Right now, one of my toy project is to build a free software ethical alternative to the trio: meetup.com/facebook events/eventbrite (mainly because there seems to be strictly no alternatives available).
While thinking on how to do that, my initial idea was simply to "simply" do a clone of meetup.com. Not especially exciting. Then I realised that there was a funnier and way more interesting way of doing this. My inspiration came from etherpad and doodle (well, framadate), two website where to start working you just have to click on one big button that say "create to new pad/survey for me" and you're done: no user registration, nothing.
Thus came the logical conclusion on making this alternative userless and seeing how far that idea can be pushed.
In a world where the vast majority of proprietary services try to get as much data as possible in exchange of "free" services and where some governmental agencies seems a bit too curious about what we are doing, I think that it's worth a try for the free software movement to explore how far can we build viable tools while collecting as few personal data as possible (because they can't "stole" data you don't have).
And on the other hand, having a tool where you don't have to register an account really lowers the barrier of entry, thus the adoption. This could be an interesting advantage for free software to offer a attracting alternative (in addition to the ethical part).
So, after thinking about it for some time, here are a series of ways that I will probably implement this idea in this alternative (some of those are already done). The strategy is to ask as few as possible and only ask more when "more" is absolutely needed, a "leveraging" strategy (for now, "more" seems only to be an email address).
For reference, the workflow of the application is:
First idea (from doodle): use unique, hard to guess url:
-> no personal data is stored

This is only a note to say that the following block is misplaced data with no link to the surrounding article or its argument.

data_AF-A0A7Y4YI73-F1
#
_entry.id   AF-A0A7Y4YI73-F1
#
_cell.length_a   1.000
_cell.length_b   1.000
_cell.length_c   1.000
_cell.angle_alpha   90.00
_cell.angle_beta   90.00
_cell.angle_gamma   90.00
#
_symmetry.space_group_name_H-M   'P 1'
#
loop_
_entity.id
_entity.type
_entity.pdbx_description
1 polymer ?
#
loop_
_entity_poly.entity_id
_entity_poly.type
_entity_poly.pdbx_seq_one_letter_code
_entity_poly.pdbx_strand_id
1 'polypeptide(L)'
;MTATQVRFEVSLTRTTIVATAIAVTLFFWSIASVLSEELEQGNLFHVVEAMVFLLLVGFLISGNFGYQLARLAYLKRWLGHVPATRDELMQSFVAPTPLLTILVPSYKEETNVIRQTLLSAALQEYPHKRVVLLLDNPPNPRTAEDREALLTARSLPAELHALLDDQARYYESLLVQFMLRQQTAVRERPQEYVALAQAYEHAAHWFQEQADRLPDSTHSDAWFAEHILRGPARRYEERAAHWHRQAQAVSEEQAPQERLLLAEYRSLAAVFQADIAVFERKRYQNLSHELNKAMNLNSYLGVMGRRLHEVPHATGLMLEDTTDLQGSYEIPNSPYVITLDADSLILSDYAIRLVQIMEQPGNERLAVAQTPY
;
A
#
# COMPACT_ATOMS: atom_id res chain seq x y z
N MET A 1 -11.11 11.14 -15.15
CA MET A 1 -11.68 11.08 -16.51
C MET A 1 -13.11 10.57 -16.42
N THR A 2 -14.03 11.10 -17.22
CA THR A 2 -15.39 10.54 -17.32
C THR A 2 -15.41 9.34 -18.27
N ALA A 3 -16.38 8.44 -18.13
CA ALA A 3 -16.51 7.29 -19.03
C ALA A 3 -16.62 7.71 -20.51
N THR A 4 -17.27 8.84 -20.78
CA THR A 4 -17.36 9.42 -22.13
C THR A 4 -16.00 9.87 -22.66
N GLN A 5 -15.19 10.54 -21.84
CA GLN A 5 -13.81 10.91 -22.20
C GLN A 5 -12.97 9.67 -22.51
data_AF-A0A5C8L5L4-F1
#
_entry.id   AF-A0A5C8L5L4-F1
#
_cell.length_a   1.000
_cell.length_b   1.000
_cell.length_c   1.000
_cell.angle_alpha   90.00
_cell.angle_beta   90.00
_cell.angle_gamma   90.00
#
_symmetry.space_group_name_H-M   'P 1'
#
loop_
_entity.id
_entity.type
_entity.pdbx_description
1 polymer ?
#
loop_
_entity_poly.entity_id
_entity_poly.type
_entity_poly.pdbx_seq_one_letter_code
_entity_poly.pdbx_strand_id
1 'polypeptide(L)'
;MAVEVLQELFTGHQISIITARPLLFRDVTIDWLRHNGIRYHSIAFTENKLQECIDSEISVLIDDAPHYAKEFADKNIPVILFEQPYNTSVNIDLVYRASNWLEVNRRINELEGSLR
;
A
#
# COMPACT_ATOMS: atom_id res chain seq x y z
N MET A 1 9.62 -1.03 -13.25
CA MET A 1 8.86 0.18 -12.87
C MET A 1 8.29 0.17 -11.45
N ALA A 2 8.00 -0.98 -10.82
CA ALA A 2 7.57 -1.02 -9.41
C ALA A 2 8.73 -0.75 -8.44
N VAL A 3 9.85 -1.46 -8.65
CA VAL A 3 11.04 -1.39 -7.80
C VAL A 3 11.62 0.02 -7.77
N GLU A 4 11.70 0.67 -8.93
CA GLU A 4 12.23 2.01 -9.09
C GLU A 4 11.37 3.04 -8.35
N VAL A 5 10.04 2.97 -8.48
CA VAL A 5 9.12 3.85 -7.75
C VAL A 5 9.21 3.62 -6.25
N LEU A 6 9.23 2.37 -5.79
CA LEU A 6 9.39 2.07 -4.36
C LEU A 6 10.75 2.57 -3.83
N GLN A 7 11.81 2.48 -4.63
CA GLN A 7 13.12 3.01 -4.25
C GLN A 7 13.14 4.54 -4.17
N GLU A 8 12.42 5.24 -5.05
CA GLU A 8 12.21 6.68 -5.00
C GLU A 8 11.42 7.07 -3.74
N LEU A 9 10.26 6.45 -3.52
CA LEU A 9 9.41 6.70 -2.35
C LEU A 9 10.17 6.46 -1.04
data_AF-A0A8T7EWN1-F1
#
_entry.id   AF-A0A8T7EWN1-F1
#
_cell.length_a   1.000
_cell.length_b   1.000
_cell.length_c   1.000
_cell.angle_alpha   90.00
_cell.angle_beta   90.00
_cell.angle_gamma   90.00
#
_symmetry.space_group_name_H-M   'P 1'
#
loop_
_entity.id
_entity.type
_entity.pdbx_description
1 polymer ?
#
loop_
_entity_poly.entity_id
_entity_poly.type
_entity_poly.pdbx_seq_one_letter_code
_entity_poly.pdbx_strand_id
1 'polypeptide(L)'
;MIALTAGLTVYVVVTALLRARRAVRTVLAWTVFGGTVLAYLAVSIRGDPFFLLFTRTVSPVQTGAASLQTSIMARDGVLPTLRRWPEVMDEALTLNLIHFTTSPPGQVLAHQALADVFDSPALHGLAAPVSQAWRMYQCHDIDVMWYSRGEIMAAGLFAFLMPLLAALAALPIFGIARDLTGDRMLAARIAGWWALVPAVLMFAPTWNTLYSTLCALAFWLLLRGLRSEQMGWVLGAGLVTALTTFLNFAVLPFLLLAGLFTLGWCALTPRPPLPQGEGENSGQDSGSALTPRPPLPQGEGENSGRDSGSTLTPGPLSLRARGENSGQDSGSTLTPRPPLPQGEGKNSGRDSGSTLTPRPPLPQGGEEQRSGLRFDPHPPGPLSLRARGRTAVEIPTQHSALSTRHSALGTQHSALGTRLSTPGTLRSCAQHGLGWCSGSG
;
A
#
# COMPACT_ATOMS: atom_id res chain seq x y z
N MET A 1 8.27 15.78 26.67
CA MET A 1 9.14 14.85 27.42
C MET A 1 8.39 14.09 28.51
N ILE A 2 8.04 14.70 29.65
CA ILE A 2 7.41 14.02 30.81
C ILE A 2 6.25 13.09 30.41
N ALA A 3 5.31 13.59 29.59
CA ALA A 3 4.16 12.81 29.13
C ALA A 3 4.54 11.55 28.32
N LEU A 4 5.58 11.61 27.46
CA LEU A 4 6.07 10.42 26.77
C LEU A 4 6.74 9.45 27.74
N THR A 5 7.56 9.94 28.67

when another user answer to the event, only ask for his "name" (a simple text input, no concept of first/last name/gender/other, the user will put what he wants)
Simple additional security idea: allows the event organiser to password protect the event administration page. Same for the event page (for private events).
Simple privacy idea: allow the user to hide his nick from the public list of attendees (the event organiser will still be able to see it).
Another simple privacy (and also convenient) idea: allow the event organiser to not display the attendees list on the public page of the event. This also allows to have a more "eventbrite"/ticketing approach to the event organisation."
Convenient idea for a minimalist privacy trade-off: temporary link the privates page (the ones that have unique hard to guess urls) to the user cookie/session and display them somewhere for the user to get them back.
Another convenient idea: have a simple form to allow the user to send himself an email containing a link to those uniques pages (after the creation of the pages). Something like "send me this link via email". Do not store the mail address.
First leveraging: ask the user to store his email. Do not expose/share this email via anyone, never.
This allows to:
And this adds one very cool feature: add the possibility for the user to have on one page all the places where his email is "linked" to something: event attending and created event. And of course, give the user links to the "unique urls" pages corresponding to those place and to remove his participation/email from those places.
The way to gain access to this page is a simple form where the user puts his email address, this sends him an email with a link to a "unique url" page valid for a certain period of time.
That's all for the big main patterns I've come up with for now (there are small variations/details like "possibility to suppress event"/"give a life time to events"/"suppress my participation"/"put password at those places" etc... that I haven't write down here because I'm lazy and that they don't bring that much).
I'm interested in your opinion and if you have other big main patterns idea on this subject.
And to finish, some downside of this userless approach: